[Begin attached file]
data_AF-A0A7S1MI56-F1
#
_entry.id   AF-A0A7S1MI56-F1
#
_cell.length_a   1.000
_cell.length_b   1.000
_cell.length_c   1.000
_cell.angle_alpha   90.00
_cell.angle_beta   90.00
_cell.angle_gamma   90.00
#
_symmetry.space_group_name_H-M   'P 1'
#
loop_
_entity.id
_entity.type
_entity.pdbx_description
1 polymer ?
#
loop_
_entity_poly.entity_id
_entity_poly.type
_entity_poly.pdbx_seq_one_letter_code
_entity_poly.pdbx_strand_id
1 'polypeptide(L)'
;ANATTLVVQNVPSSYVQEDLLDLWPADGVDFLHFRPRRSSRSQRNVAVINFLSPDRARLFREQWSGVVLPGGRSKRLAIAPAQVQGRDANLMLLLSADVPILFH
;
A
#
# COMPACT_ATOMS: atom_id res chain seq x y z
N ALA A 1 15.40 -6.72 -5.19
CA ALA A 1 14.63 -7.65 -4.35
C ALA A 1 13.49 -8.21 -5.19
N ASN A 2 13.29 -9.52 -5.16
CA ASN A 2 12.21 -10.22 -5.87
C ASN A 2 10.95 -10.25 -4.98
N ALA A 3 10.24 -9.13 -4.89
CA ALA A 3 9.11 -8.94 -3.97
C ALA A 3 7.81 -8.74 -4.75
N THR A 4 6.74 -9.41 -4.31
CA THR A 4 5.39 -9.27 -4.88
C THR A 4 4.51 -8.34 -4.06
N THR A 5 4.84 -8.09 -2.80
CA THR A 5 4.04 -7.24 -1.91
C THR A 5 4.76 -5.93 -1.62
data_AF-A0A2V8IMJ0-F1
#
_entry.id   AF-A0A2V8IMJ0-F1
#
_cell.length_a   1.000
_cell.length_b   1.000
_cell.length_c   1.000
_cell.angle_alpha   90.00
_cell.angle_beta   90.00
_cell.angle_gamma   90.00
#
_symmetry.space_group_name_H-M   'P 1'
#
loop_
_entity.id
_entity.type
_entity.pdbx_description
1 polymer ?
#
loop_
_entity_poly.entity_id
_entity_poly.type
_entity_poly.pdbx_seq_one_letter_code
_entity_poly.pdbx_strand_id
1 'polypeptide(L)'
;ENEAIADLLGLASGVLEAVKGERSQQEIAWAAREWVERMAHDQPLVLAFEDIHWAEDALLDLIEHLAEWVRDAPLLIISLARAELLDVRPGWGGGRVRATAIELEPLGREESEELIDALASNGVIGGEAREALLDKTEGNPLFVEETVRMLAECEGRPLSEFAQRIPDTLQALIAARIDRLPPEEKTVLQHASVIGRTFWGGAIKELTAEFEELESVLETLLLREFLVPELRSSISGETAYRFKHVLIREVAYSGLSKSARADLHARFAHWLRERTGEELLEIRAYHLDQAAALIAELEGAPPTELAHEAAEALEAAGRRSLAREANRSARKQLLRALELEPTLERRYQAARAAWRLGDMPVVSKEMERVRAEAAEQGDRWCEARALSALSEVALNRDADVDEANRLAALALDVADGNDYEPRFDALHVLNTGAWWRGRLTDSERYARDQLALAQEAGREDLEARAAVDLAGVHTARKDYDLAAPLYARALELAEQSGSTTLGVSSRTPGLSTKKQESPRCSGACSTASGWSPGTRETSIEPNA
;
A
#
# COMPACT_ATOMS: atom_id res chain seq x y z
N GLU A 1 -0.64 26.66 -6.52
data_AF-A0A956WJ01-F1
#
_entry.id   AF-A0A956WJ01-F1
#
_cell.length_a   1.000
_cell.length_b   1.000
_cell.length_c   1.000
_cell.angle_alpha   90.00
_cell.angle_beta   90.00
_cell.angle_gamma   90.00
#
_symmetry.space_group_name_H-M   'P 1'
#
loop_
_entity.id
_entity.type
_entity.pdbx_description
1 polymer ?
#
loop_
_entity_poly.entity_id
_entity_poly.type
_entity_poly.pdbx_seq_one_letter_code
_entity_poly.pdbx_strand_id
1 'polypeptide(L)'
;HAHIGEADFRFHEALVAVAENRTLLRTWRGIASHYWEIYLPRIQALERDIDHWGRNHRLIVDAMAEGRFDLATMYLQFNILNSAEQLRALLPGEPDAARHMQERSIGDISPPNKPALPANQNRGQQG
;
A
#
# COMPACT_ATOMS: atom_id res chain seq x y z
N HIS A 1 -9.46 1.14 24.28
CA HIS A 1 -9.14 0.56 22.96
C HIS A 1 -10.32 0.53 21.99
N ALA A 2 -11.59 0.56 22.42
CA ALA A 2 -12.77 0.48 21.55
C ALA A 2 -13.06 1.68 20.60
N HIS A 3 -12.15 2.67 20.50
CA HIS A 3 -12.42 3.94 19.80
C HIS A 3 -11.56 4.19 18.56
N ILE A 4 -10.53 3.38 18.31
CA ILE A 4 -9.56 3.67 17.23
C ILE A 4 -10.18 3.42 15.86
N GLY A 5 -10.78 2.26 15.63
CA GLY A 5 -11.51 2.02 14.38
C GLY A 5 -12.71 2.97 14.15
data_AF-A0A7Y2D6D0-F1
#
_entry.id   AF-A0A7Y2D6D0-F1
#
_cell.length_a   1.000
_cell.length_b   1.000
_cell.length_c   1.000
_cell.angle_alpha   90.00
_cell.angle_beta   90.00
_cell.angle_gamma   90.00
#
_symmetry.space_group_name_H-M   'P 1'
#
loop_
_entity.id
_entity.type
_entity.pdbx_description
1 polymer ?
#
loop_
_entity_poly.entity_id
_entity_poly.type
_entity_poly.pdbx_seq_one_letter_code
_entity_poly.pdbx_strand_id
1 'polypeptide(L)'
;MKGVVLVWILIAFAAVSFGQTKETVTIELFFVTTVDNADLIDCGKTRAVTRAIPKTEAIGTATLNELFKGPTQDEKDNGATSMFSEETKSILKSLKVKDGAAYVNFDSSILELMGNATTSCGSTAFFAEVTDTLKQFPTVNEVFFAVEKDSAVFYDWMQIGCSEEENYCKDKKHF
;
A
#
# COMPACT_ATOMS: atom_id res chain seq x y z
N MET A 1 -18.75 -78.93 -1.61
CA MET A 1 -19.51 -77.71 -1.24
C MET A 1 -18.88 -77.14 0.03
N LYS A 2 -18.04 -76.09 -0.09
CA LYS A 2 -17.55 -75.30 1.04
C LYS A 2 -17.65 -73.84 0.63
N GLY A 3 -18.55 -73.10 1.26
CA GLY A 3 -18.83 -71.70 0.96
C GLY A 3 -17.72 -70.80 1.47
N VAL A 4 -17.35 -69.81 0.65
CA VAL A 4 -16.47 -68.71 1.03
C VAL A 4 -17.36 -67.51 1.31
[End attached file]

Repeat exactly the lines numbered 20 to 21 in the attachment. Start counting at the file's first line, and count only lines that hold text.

loop_
_entity_poly.entity_id